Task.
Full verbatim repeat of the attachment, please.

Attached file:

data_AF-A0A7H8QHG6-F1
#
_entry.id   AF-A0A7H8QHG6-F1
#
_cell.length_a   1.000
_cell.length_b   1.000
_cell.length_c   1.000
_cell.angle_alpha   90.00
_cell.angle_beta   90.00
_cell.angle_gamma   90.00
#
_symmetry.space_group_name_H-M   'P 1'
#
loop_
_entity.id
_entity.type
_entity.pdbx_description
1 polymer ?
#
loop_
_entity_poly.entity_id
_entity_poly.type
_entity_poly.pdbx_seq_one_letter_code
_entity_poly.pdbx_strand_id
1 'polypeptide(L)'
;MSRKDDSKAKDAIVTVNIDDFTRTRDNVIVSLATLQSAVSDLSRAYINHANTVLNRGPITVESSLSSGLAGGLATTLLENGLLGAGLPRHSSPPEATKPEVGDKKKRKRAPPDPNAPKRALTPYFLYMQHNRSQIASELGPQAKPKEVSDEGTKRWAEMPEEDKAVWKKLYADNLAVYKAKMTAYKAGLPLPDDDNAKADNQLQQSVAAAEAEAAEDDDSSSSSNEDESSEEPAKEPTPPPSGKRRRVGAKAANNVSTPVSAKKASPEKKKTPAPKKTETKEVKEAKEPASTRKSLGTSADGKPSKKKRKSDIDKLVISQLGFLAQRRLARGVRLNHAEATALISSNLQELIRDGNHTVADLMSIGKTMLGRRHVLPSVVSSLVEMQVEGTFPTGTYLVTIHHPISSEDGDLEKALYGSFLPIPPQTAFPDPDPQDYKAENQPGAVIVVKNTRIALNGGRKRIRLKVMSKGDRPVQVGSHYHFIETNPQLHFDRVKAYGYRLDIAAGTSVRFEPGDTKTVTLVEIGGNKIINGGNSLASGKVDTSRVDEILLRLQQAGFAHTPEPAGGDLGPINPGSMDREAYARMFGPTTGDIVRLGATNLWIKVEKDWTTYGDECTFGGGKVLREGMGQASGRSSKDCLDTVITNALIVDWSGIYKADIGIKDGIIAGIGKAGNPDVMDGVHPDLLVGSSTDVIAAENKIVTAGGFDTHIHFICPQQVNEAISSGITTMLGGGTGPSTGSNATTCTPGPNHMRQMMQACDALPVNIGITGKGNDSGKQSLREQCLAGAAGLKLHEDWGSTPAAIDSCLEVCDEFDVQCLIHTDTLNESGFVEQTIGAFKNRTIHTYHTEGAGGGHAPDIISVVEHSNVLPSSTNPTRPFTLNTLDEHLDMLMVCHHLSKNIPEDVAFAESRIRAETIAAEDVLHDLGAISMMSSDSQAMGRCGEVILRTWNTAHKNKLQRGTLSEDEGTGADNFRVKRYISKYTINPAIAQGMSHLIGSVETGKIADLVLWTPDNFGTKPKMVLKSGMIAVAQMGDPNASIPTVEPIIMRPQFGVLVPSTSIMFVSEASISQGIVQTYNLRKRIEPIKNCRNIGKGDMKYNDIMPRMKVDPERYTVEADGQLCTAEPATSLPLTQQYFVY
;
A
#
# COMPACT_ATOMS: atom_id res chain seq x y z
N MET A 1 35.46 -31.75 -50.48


data_AF-A0A7H8QHG6-F1
#
_entry.id   AF-A0A7H8QHG6-F1
#
_cell.length_a   1.000
_cell.length_b   1.000
_cell.length_c   1.000
_cell.angle_alpha   90.00
_cell.angle_beta   90.00
_cell.angle_gamma   90.00
#
_symmetry.space_group_name_H-M   'P 1'
#
loop_
_entity.id
_entity.type
_entity.pdbx_description
1 polymer ?
#
loop_
_entity_poly.entity_id
_entity_poly.type
_entity_poly.pdbx_seq_one_letter_code
_entity_poly.pdbx_strand_id
1 'polypeptide(L)'
;MSRKDDSKAKDAIVTVNIDDFTRTRDNVIVSLATLQSAVSDLSRAYINHANTVLNRGPITVESSLSSGLAGGLATTLLENGLLGAGLPRHSSPPEATKPEVGDKKKRKRAPPDPNAPKRALTPYFLYMQHNRSQIASELGPQAKPKEVSDEGTKRWAEMPEEDKAVWKKLYADNLAVYKAKMTAYKAGLPLPDDDNAKADNQLQQSVAAAEAEAAEDDDSSSSSNEDESSEEPAKEPTPPPSGKRRRVGAKAANNVSTPVSAKKASPEKKKTPAPKKTETKEVKEAKEPASTRKSLGTSADGKPSKKKRKSDIDKLVISQLGFLAQRRLARGVRLNHAEATALISSNLQELIRDGNHTVADLMSIGKTMLGRRHVLPSVVSSLVEMQVEGTFPTGTYLVTIHHPISSEDGDLEKALYGSFLPIPPQTAFPDPDPQDYKAENQPGAVIVVKNTRIALNGGRKRIRLKVMSKGDRPVQVGSHYHFIETNPQLHFDRVKAYGYRLDIAAGTSVRFEPGDTKTVTLVEIGGNKIINGGNSLASGKVDTSRVDEILLRLQQAGFAHTPEPAGGDLGPINPGSMDREAYARMFGPTTGDIVRLGATNLWIKVEKDWTTYGDECTFGGGKVLREGMGQASGRSSKDCLDTVITNALIVDWSGIYKADIGIKDGIIAGIGKAGNPDVMDGVHPDLLVGSSTDVIAAENKIVTAGGFDTHIHFICPQQVNEAISSGITTMLGGGTGPSTGSNATTCTPGPNHMRQMMQACDALPVNIGITGKGNDSGKQSLREQCLAGAAGLKLHEDWGSTPAAIDSCLEVCDEFDVQCLIHTDTLNESGFVEQTIGAFKNRTIHTYHTEGAGGGHAPDIISVVEHSNVLPSSTNPTRPFTLNTLDEHLDMLMVCHHLSKNIPEDVAFAESRIRAETIAAEDVLHDLGAISMMSSDSQAMGRCGEVILRTWNTAHKNKLQRGTLSEDEGTGADNFRVKRYISKYTINPAIAQGMSHLIGSVETGKIADLVLWTPDNFGTKPKMVLKSGMIAVAQMGDPNASIPTVEPIIMRPQFGVLVPSTSIMFVSEASISQGIVQTYNLRKRIEPIKNCRNIGKGDMKYNDIMPRMKVDPERYTVEADGQLCTAEPATSLPLTQQYFVY
;
A
#
# COMPACT_ATOMS: atom_id res chain seq x y z
N MET A 1 35.46 -31.75 -50.48